What is Serotonin Syndrome in Dogs?
Serotonin syndrome in dogs is a rare but severe condition where the body has an excess amount of the neurotransmitter serotonin from ingesting toxic levels of dog antidepressant medication.
Serotonin syndrome can be life-threatening, and any owner whose dog is prescribed behavioral modification drugs should be aware of it.
A dog suffering from serotonin syndrome is in a critical situation and needs medical attention.
In this article, we will cover the signs of serotonin syndrome, what causes it, and what can be done to prevent it to help keep you better informed.
Clinical Signs of Serotonin Syndrome in Dogs
- Rapid heart rate (tachycardia)
- Rapid breathing (tachypnea)
- High body temperature
- Low body temperature
- Muscle rigidity
- Difficulty walking
- Agitation or aggression
- Coma (life-threatening)
- Seizures (life-threatening)
If your dog is taking an antidepressant or behavioral modification medication or could have been exposed to them, take careful note of these signs. If you notice them seek veterinary help.
What Causes Serotonin Syndrome in Canines?
Antidepressant medications are administered to dogs with behavioral problems such as anxiety. Many of these medications cause an increase in serotonin in the body, which is a “feel-good hormone.”
However, when serotonin levels become too high, it can become toxic and lead to serotonin syndrome.
There are four leading causes of serotonin syndrome:
- The dose prescribed is too high. This can occur if errors are made in drug calculations or when weight measurements are not accurate. This is rare and can be avoided by careful calculations, starting at a low dose and titrating to effect.
- Other medications or supplements are administered at the same time as the antidepressant. For example, supplements such as St John’s Wort can affect serotonin levels and can lead to serotonin syndrome if administered with an antidepressant. This can be avoided by ensuring your veterinarian is aware of any other medications or supplements your dog is on.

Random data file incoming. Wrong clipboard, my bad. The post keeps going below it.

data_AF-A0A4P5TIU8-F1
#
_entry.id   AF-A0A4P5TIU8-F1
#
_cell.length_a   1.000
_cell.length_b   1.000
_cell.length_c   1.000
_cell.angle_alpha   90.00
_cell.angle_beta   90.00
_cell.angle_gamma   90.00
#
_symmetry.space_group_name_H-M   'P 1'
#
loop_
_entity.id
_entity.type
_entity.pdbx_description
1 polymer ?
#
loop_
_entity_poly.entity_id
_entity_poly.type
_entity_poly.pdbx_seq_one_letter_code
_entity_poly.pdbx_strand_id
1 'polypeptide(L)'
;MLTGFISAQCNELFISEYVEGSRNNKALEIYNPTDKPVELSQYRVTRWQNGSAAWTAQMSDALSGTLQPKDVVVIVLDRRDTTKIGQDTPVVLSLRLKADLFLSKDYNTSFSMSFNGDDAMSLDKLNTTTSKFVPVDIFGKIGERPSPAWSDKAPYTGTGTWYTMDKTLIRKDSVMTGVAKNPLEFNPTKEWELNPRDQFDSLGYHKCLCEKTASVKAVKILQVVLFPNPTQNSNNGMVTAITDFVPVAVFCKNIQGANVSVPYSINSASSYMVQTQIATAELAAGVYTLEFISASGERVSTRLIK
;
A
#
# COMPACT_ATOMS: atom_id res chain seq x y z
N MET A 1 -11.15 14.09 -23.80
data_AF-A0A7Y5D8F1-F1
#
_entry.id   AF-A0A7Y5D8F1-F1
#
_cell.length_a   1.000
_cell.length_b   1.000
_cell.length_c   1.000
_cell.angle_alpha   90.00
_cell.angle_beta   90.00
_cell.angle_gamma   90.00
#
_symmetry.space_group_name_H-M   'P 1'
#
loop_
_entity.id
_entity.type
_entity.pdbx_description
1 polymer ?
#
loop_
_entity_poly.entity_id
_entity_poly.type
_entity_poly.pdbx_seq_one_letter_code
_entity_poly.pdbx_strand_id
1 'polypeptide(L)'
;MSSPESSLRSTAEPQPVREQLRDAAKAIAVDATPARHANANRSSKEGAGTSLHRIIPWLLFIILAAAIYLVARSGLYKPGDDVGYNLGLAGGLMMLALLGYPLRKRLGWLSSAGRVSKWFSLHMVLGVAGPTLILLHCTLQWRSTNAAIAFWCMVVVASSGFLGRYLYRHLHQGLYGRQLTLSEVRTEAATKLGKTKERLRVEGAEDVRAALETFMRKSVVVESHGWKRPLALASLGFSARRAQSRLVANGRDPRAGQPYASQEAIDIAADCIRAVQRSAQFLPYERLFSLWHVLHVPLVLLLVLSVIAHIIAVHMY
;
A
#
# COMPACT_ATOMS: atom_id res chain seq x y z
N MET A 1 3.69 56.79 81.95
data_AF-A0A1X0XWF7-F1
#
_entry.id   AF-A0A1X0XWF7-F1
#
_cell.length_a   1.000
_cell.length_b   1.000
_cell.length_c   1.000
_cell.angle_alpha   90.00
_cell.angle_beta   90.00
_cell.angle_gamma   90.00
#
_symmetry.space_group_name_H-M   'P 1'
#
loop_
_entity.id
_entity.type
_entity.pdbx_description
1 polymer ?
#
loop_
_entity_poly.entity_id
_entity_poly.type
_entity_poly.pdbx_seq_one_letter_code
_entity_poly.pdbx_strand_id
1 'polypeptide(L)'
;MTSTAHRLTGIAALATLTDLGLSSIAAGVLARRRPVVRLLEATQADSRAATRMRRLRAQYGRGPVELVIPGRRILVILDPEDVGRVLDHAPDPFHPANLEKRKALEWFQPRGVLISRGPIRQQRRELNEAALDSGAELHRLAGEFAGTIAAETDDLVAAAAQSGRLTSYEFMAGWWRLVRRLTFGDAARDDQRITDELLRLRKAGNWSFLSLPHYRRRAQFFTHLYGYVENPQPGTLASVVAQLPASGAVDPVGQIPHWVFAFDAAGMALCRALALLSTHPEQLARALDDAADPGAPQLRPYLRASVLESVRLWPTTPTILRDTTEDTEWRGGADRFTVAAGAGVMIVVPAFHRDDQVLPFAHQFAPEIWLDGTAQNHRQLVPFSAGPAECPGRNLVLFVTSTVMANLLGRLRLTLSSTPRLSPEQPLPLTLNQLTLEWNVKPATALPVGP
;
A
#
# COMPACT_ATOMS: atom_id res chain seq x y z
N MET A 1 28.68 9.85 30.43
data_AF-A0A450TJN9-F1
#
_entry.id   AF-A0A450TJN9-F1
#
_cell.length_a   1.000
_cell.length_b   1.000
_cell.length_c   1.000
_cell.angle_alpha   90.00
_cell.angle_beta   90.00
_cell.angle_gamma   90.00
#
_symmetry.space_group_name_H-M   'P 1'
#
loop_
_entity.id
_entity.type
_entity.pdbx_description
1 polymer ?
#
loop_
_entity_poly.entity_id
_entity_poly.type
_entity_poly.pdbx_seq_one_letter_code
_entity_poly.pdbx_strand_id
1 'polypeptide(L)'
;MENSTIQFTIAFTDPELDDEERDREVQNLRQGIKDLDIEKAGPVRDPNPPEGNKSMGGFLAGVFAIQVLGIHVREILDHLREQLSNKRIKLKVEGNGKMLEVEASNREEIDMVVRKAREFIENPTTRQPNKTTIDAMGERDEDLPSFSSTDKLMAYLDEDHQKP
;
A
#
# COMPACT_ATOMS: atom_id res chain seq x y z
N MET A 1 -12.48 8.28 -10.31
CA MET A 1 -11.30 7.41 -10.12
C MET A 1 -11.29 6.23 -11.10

- A dog has a high level of sensitivity to drugs that affect serotonin. However, each dog is unique, and some dogs may react more strongly to drugs that affect serotonin than other dogs. This is usually managed by starting all dogs on a low dose and titrating to effect to limit adverse side effects.
- Too much of a prescribed drug is given. This can occur if a dog is accidentally double dosed or if a dog is able to get access to their medication and ingest them or ingest a human’s antidepressant.
Diagnosing Serotonin Syndrome in Dogs
Serotonin syndrome is usually diagnosed based on the history of ingestion of a drug or supplement that affects serotonin levels and clinical signs related to the condition. Signs of serotonin syndrome can occur within an hour of an overdose or could occur several days later.
Suppose no known history of ingestion of a drug or supplement that affects serotonin is known, then a sample of urine, blood, or stomach contents can be submitted for a toxicology report while supportive care is instigated.
Serotonin syndrome can be challenging to diagnose because signs of toxicity can vary depending on the drug ingested. If you are concerned your dog could have serotonin syndrome, check with your veterinarian that this is something they are considering, and make sure to let your veterinarian know about any medications or supplements, your pet is being given.
Is it a Life-Threatening Condition?
Unfortunately, serotonin syndrome can be life-threatening. This can occur when serotonin levels are high enough in the blood to cause seizures and coma.
Life-threatening serotonin levels in the body are very rare and usually caused by ingestion of large amounts of drugs and typically multiple different kinds.
It is essential to read medication labels carefully and follow the instructions closely. Also, keep all medicines away from your dog’s access to prevent accidental ingestion.
How is Serotonin Syndrome in Dogs Treated?
Suppose you know your animal has ingested an excessive number of antidepressants (for example, you find a chewed-up drug bottle), or you suspect they may have serotonin syndrome. In that case, you need to seek veterinary attention immediately.
If the medication is still in your dog’s body, the first treatment involves decontamination by removing the drug. This can occur through inducing emesis (vomiting), administering activated charcoal to prevent continued absorption of any medication in the body, and stomach pumping may be required in severe situations.
The activated charcoal will often need to be repeated every few hours, but this may be able to be continued at home in less severe cases.